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Forgotten Classic Hollywood Stars And Tales Found Fame On Instagram -- And Are Now Found In A New Book

Rita Hayworth. (Collection of Cindy Sipala)
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Instagram celebrities may conjure a certain modern aesthetic, and it probably isn't of classic Hollywood. But Carla Valderrama took her popularThis Was Hollywood account and turned it intoa new book, digging deep into the Golden Age of film.

She loved old Hollywood stories, but noticed that the books that came out each year were mostly the same -- telling the same stories about Marilyn Monroe, Audrey Hepburn and Grace Kelly. So Valderrama's book focuses on the stars she says have had their legacies lost to time, such as Lois Weber, Florence Lawrence, Cora Sue Collins and Sessue Hayakawa.

Lois Weber holds court in front of the men on set. (Courtesy of Turner Classic Movies)
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"There were a few people that I definitely felt had been long neglected, like Lois Weber," Valderrama said. "That always pissed me off, ever since I was a kid ... all these people just talking about these guys -- this woman was better."

Sessue Hayakawa. (Courtesy of Turner Classic Movies)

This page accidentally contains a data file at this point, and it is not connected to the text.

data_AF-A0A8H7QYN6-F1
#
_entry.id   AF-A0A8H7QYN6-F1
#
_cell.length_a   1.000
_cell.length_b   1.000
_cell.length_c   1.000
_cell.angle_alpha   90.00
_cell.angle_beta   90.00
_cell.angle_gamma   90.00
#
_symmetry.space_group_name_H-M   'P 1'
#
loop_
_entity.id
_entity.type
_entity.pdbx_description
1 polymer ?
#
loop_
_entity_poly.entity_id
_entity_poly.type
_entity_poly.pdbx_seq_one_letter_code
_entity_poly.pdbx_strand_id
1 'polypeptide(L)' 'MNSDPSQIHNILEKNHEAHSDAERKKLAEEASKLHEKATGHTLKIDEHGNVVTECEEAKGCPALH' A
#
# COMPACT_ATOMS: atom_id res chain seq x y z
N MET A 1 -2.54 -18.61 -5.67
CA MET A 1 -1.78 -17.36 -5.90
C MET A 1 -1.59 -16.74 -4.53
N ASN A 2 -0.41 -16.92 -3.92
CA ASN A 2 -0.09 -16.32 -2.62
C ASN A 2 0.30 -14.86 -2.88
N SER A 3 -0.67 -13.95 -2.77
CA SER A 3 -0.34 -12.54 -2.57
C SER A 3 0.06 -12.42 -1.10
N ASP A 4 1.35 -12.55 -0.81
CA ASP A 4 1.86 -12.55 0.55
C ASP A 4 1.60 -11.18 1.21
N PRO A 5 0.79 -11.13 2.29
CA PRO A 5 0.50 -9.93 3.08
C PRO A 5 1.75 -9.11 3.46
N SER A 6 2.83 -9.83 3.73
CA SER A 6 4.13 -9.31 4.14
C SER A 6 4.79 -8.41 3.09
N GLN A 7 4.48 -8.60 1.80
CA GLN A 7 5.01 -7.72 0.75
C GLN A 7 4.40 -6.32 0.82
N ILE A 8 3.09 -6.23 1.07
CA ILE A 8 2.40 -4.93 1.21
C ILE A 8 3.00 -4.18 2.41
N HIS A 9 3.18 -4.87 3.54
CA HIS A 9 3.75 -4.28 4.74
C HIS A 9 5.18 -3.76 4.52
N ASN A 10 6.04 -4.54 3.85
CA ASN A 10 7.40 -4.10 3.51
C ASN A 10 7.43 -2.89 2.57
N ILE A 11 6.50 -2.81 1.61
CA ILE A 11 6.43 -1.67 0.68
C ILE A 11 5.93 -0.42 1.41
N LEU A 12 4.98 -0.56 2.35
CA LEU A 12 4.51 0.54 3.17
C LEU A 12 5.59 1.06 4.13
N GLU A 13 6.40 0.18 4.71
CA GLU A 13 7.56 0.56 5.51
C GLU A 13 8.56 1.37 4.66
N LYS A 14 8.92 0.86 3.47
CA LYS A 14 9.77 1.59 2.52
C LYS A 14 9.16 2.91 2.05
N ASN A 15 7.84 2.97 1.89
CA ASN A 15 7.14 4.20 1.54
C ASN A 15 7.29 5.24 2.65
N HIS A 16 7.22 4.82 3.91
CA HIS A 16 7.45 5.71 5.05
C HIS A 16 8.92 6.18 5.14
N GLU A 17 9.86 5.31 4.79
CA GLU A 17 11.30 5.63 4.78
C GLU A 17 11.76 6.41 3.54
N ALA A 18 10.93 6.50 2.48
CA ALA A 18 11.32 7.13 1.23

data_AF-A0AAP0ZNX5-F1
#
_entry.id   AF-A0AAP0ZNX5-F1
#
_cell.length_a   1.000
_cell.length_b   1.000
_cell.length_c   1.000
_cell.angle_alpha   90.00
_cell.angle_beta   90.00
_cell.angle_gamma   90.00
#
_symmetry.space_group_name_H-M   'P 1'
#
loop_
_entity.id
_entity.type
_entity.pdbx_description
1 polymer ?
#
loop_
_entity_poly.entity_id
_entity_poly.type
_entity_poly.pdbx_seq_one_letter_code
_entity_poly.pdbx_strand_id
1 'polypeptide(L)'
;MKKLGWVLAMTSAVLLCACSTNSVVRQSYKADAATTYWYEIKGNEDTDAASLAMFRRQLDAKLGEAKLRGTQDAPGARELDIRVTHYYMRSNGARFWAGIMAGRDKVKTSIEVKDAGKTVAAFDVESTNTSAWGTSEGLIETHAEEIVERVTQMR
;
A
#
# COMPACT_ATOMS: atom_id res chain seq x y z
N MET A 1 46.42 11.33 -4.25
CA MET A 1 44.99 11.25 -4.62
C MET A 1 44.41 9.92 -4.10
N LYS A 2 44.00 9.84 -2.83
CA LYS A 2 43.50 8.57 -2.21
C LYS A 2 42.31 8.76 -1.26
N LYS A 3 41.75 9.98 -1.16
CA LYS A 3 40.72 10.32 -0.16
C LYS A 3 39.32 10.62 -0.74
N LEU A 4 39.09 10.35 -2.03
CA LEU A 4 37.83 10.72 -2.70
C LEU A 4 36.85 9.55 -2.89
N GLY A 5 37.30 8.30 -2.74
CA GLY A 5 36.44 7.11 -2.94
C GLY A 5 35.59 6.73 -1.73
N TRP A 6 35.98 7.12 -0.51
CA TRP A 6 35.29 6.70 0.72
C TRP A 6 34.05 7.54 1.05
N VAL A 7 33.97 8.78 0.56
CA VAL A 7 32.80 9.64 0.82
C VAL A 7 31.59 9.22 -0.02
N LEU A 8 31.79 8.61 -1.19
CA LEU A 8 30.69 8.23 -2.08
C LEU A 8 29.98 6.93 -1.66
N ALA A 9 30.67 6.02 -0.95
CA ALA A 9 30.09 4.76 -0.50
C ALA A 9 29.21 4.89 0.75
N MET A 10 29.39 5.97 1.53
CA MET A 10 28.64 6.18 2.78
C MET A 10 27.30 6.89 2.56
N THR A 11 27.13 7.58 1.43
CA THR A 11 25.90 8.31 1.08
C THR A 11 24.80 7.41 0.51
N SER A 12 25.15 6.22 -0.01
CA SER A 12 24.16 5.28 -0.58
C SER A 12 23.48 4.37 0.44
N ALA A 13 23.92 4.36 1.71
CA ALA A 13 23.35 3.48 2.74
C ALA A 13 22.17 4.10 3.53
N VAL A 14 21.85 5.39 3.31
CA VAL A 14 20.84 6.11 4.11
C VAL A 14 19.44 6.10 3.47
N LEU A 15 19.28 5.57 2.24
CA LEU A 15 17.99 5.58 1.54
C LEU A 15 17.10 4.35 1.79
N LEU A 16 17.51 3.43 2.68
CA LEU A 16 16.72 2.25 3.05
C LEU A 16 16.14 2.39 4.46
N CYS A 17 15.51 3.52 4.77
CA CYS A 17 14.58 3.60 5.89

Lawrence gave everything she had to the Natural History Museum. Below all the dinosaurs, the museum's basement includes a vast collection of film paraphernalia, from Lon Chaney's makeup kit to Mary Pickford's wigs.

"So I spent a month going through all of those things, like reading journal entries from 1912 that said, 'Oh, today the boat right down the water from us called the Titanic just sunk,'" Valderrama said.

Valderrama's love for old movies started when she was little, taking TV Guide issues at the age of six and circling every time Gone With The Wind would air.

"On those days, I would fake sick from school to stay home and watch it -- and my mom finally caught on, so she just bought me the movie," Valderrama said.

Little Carla would watch Turner Classic Movies, and when she was eight or nine years old, she would go to the library to ask for books on the stars.

"My grandpa, whenever he would buy a book, would always look at the back and see if there were source notes -- and if there weren't, he would put it back on the shelf," Valderrama said. "When I was eight, I would go up to the librarian and say, 'I would like a book about Marilyn Monroe.' And she would give me this book, and I would look at the back, and I said, 'Excuse me, there's no source notes.'"

Her book is likewise filled with an extensive list of the research she used to tell these stories, sorting through thousands of original documents.

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Until she started her Instagram, Valderrama never thought she could compete with stewards of movie history such as Leonard Maltin or TCM's Robert Osborne -- so she got into acting instead.

"I moved here to Hollywood in 2011, and I started doing improv and tried to get into the industry. It was extremely hard, but my heart wasn't fully into it -- my passion was always classic Hollywood and movies," Valderrama said.